New classical recordings, including arias from Pumeza and an Elgar world premiere

    Welcome to the first of a new series of posts from the Recordings department at Forsyth. This week we digest some of our favourite new classical releases available now in store, by phone and on-line.

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    Pumeza: Arias

    Pumeza Matshikiza (soprano)

    Aarhus Symfonieorkester

    Tobias Ringborg (conductor)

    Decca 478 8964 – 52 mins

    £14.25

    Pumeza Matshikiza’s debut album, Voice of Hope (2014), introduced her to an international audience with a mixture of music from her home country, South Africa, and arias by Mozart and Puccini, with whose works she had already established her reputation at the Stuttgart Opera. Her follow-up builds on this range with a beautifully assembled programme showcasing the diversity of her recent and forthcoming roles – including Dido (Purcell), Rusalka (Dvořák) and Concepción (Ravel) – as well as an even broader selection of individual songs: the Cuban-inspired La Paloma (Yradier) and Punto de Habanera (Montsalvatge), the pastiche baroque of À Chloris (Hahn), and newly-commissioned orchestrations of Si tu le voulais (Tosti) and Après un rêve (Fauré). Writing in The Sunday Times, Hugh Canning enthuses, “The verismo arias… reveal one of the most luscious sounds we’ve heard from a young soprano in years”, while noting approvingly that, unlike many of her contemporaries, “she sings words!”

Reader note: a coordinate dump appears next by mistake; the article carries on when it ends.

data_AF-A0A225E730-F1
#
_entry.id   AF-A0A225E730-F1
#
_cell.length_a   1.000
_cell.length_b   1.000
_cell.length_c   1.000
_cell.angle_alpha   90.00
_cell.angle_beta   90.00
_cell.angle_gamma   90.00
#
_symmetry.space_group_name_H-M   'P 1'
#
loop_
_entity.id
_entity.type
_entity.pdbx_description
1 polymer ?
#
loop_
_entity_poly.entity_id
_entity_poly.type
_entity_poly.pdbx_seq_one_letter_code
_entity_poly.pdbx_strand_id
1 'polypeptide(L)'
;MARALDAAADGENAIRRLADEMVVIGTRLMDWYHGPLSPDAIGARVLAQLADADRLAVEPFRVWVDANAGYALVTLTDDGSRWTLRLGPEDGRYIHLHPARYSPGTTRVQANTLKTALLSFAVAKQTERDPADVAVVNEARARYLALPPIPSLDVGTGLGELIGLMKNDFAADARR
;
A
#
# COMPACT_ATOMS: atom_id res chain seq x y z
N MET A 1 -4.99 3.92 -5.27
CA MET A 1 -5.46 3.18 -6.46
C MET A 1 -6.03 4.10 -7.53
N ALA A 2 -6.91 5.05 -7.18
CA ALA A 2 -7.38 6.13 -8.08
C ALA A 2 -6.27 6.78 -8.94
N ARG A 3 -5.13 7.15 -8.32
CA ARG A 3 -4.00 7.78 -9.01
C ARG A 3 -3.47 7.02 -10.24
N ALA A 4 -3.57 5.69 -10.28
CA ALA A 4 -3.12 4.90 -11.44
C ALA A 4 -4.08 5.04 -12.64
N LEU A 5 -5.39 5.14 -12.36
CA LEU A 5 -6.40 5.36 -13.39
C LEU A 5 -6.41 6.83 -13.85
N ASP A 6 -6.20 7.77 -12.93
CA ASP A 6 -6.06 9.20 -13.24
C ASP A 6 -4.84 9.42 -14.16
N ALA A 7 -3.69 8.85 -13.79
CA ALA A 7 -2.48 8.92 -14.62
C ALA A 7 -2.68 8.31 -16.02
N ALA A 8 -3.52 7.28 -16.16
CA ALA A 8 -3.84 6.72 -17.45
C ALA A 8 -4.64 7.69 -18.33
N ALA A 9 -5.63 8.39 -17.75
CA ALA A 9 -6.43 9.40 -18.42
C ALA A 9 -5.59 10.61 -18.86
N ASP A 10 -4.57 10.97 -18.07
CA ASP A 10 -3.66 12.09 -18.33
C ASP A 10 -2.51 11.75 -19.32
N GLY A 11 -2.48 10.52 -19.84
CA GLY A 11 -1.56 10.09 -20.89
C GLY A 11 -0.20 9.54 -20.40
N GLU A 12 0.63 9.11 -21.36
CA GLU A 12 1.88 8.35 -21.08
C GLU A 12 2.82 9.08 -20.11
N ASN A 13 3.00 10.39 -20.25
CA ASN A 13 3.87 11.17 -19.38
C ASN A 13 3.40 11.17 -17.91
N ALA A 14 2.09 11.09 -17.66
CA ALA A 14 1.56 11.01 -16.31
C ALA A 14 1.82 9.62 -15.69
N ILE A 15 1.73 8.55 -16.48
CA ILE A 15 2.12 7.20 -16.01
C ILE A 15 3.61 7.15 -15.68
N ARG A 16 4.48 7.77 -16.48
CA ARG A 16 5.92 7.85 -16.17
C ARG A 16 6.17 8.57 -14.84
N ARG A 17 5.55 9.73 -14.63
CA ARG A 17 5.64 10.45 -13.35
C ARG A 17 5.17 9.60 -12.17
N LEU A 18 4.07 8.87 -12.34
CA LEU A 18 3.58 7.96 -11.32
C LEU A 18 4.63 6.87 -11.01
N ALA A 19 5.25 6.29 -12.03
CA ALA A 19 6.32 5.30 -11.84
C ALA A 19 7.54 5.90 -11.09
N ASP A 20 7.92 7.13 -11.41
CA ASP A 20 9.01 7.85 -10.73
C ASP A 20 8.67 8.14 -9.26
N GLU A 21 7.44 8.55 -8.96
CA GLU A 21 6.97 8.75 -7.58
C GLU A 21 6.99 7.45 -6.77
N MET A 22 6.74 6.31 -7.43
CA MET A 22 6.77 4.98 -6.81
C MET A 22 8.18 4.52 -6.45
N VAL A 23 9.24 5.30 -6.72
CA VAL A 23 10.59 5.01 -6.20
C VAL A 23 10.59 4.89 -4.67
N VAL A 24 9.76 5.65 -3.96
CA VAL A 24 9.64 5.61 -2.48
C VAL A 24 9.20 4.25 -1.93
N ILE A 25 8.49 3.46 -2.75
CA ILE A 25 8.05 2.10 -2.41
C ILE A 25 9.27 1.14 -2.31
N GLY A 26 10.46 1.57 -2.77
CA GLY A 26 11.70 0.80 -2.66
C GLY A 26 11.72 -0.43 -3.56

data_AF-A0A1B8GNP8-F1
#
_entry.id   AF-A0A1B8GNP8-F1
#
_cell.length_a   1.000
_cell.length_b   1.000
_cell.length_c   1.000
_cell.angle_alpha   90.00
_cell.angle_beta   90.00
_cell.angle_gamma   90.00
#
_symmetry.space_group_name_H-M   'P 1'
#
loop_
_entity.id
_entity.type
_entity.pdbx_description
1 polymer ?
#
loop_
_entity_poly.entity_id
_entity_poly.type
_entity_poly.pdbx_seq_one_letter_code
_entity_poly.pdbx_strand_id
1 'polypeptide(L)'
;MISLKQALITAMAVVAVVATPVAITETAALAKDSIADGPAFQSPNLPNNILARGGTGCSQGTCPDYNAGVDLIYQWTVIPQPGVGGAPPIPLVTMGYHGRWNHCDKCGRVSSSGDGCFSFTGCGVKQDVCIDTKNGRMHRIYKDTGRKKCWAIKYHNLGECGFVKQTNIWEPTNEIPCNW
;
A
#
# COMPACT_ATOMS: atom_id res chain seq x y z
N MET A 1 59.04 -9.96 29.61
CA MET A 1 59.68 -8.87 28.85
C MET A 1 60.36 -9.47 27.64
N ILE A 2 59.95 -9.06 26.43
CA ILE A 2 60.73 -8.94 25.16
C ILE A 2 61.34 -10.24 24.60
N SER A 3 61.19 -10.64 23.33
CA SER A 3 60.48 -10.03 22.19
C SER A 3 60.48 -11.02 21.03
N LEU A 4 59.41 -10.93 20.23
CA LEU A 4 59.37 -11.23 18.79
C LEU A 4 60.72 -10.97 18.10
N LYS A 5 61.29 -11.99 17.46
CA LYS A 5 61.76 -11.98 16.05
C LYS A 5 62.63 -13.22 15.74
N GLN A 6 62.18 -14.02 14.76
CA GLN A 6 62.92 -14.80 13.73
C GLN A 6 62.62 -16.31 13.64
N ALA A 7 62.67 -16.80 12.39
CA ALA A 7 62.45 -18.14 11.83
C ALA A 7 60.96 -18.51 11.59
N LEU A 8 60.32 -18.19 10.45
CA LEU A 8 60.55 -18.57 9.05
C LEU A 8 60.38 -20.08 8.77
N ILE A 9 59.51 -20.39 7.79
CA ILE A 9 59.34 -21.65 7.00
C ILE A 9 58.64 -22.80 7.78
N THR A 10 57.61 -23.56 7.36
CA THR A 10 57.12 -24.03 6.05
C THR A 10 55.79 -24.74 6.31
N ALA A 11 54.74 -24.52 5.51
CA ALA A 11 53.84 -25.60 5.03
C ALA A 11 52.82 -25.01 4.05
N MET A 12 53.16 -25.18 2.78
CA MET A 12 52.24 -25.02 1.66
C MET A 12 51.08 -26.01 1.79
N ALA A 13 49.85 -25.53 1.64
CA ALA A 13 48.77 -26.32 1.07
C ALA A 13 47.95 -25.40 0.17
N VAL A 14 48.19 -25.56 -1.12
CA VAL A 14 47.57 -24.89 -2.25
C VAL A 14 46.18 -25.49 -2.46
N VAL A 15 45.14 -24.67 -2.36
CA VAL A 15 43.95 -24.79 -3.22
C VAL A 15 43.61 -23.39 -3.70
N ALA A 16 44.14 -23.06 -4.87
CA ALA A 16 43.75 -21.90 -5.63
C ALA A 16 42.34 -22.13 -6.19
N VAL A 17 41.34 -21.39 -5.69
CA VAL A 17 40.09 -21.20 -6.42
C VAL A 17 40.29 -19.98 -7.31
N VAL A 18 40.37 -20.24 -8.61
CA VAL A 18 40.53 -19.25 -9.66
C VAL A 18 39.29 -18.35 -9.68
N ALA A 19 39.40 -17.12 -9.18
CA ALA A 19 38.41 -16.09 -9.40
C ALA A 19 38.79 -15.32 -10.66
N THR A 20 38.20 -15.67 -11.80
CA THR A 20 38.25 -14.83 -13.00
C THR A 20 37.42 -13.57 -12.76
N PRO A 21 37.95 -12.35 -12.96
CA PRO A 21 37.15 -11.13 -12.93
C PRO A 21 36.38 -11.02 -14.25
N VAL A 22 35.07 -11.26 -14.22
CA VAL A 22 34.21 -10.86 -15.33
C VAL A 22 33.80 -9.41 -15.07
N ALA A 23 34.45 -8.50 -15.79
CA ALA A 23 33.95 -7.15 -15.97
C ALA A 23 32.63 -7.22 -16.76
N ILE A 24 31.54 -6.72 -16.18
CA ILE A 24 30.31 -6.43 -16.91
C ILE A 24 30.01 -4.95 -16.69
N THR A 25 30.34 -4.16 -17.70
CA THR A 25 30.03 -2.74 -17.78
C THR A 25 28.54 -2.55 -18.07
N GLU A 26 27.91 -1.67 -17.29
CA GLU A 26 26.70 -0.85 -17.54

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    John Field: Piano Concerto No. 7, Irish Concerto & Piano Sonata No. 4

    Benjamin Frith (piano)

    Northern Sinfonia, David Haslam (conductor)

    Royal Scottish National Orchestra, Andrew Mogrelia (conductor)

    Naxos 8.573262 – 66 mins

    £6.00